American society still lacks the will to admit there is something fundamentally wrong when we can witness the death of a person by another person while they’re running away or while they’re begging for mercy. No one wants to pause and recognize the innate wrongness of what has taken place. No one with enough heft demands that everyone stop and listen. Everyone needs to stop and hear that our black brothers and sisters “can’t breathe.”
Somehow our country lacks the stomach to say this is wrong. When we can see them dying and still some debate whether this is wrong, our whole capacity to identify good and evil is what needs adjustment. Our first reaction should be to seek justice for the blood of our brothers that cry out from the earth. We cannot be silent, or we tacitly allow for the sanitized phrase of George Floyd dying from the results of a “medical incident,” in a “police interaction" to persist.
Pedestrians pleading for him and his own words, brought no change in expression, no change in pressure, no change of action on the part of any of the officers. Eight minutes pass.
The four officers have been fired subsequently thanks to public outrage over the video, but no one has yet been charged with causing his death despite knowing who, when and how. Investigations on the State and Federal Level are ongoing. It’s true, we are a nation of laws and procedure and such things are important and even necessary to ensure due process is observed. Were there this reflective pause and hesitancy in investigations involving crimes the norm, George Floyd might still be alive.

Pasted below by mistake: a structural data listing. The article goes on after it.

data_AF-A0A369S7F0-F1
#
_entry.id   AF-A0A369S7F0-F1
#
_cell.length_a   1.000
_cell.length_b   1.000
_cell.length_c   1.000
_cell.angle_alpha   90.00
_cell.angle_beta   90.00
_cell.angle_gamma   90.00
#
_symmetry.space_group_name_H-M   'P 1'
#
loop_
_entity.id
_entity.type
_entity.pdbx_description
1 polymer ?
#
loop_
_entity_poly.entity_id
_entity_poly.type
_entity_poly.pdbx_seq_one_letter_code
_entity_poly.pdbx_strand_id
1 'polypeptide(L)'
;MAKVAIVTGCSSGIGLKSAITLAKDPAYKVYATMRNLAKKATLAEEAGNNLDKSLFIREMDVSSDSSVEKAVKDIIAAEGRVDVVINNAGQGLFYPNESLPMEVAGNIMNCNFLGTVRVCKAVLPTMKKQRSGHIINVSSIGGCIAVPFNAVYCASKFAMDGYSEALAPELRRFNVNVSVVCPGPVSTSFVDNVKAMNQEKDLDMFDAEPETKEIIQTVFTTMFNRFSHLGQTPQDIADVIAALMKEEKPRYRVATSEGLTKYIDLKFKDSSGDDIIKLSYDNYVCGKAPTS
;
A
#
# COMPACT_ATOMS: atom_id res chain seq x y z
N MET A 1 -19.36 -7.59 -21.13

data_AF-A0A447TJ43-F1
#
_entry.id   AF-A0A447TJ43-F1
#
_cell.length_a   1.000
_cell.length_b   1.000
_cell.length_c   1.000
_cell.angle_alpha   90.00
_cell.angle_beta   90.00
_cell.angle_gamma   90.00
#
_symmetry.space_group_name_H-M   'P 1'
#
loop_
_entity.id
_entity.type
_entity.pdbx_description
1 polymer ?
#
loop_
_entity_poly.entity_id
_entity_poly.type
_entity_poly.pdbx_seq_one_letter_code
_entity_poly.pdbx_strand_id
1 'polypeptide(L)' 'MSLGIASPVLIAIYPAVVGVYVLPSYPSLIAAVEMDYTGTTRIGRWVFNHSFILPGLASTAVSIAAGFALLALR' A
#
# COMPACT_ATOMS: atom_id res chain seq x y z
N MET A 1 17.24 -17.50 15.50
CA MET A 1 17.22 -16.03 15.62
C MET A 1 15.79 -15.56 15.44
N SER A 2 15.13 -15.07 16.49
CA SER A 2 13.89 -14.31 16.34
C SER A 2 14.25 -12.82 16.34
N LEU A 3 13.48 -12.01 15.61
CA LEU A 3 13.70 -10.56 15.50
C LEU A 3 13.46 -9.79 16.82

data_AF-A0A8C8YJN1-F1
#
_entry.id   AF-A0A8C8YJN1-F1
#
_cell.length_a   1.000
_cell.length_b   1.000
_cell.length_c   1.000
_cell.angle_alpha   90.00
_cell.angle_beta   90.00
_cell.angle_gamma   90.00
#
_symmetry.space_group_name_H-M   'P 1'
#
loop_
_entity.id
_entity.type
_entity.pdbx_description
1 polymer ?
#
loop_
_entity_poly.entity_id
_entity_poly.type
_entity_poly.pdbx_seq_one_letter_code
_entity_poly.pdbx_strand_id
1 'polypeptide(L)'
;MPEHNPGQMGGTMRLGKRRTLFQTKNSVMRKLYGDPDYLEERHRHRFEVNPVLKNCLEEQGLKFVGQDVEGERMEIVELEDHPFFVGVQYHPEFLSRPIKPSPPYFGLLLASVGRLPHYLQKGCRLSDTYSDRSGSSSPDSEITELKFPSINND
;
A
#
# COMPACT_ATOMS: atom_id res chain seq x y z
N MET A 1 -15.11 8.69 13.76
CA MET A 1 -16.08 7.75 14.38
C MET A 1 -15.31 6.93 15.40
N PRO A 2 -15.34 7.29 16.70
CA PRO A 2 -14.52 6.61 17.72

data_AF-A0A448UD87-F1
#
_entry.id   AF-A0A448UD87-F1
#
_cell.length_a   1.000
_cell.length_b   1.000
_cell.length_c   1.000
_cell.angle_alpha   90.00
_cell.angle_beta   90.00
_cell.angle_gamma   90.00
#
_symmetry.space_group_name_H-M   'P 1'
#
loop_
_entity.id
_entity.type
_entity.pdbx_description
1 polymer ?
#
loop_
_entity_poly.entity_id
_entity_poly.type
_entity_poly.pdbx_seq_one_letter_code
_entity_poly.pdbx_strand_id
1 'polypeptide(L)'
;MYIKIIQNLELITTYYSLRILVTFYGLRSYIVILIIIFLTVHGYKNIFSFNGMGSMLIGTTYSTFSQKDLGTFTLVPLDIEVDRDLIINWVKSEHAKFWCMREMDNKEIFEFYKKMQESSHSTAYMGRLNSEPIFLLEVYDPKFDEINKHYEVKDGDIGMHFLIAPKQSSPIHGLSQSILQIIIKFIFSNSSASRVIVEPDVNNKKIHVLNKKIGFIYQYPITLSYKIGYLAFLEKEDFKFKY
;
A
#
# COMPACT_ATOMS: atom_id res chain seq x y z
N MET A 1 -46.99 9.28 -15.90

When will our country stop pretending we don’t need some systemic reformation of how we want police to protect, serve, investigate and when necessary, arrest?
Answer: When we have leaders unafraid to hold all of us to a higher standard, a greater calling.
It should be unnecessary to say racism is always wrong, and racism is something we will always have to both be vigilant against, and mindful of, but it is, because too many people don’t think it’s real enough.
Too many people think if we talk about racism being a grave moral error that hurts all of humanity and continues to destroy the promise of this country, we’re somehow engaging in white hand wringing guilt or virtue signaling.
Racism is a toxic weed that poisons the garden of the American community. It hurts the children whose dreams die before they finish school when no one expects anything of them. It hurts the families of fathers and husbands and sons who might not come home. It hurts the mothers, wives, daughters and sisters who see the problem ignored time and again.
It hurts our government, schools, families, friends, churches, parks; it hurts our everywhere all the time. We’re all our brothers keeper. We owe it to our brothers, to love them better, to protect them better, and serve them better, in every arena of life. We owe it to ourselves and to each other because, “He’s human bro,” to come together and work to be part of that great coalition of this country that wants it to be good as it was meant to be, but never yet quite has been.
We owe it to our future, to make sure everyone in this country can breathe.